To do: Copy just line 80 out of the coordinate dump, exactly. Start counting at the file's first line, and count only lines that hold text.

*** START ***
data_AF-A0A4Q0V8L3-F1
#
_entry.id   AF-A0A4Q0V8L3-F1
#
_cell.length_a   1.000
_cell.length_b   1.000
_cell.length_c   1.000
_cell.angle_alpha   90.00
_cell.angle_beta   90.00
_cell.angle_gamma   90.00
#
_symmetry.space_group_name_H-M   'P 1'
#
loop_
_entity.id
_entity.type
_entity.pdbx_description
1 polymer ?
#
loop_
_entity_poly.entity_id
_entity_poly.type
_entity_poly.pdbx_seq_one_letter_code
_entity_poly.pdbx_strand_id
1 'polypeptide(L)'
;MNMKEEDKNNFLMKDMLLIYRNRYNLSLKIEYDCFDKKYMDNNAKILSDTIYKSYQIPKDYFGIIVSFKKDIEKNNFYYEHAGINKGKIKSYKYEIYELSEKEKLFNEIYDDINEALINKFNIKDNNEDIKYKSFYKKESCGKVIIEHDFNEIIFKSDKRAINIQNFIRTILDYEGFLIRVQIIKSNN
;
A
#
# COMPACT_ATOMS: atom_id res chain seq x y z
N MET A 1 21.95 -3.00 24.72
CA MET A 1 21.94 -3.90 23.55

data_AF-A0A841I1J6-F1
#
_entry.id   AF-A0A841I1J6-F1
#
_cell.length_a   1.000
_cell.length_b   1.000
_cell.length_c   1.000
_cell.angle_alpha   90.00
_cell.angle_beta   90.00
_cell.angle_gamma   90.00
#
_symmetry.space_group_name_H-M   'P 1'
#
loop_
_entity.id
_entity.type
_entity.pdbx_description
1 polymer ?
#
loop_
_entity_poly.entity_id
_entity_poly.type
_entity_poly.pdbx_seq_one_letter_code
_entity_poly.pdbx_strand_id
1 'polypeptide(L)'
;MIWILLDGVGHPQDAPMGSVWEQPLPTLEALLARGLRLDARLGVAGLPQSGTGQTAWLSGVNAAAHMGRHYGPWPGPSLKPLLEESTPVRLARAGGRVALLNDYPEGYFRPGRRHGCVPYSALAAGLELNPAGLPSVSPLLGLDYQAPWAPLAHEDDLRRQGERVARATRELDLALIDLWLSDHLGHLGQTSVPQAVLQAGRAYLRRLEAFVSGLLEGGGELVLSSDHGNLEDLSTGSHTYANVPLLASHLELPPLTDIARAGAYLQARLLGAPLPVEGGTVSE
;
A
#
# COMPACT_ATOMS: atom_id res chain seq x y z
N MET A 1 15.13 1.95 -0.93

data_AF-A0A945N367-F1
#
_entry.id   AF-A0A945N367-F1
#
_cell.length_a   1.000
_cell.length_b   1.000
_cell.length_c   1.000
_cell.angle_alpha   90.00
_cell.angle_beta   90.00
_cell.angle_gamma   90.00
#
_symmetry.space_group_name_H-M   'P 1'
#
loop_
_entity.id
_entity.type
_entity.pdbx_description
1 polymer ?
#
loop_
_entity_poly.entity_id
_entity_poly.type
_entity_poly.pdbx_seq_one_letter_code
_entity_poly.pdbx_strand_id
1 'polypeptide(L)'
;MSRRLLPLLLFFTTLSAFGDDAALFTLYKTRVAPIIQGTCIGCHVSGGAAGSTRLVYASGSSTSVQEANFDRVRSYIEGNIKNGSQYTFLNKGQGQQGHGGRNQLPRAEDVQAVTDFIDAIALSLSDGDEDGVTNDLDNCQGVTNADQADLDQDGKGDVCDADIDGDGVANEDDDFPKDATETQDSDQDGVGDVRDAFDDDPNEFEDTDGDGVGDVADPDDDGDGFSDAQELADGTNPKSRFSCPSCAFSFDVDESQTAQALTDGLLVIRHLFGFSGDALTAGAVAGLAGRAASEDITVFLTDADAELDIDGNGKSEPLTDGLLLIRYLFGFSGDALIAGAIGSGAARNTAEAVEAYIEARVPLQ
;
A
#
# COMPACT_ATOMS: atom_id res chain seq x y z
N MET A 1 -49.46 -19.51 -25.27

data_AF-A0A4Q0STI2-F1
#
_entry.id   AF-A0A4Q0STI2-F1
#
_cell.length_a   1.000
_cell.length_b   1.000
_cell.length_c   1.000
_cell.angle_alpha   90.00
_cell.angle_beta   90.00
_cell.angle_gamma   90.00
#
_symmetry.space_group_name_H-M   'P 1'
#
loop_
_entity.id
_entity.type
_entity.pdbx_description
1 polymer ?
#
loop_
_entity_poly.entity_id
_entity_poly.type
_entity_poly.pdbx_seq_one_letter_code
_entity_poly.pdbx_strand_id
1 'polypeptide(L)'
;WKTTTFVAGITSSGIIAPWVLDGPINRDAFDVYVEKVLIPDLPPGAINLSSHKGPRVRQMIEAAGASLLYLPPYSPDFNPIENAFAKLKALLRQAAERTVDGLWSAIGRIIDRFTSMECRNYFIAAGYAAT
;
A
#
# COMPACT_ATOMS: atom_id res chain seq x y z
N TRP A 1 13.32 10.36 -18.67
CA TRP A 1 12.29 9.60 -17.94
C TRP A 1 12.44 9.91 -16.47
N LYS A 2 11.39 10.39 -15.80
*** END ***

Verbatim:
_entity.pdbx_description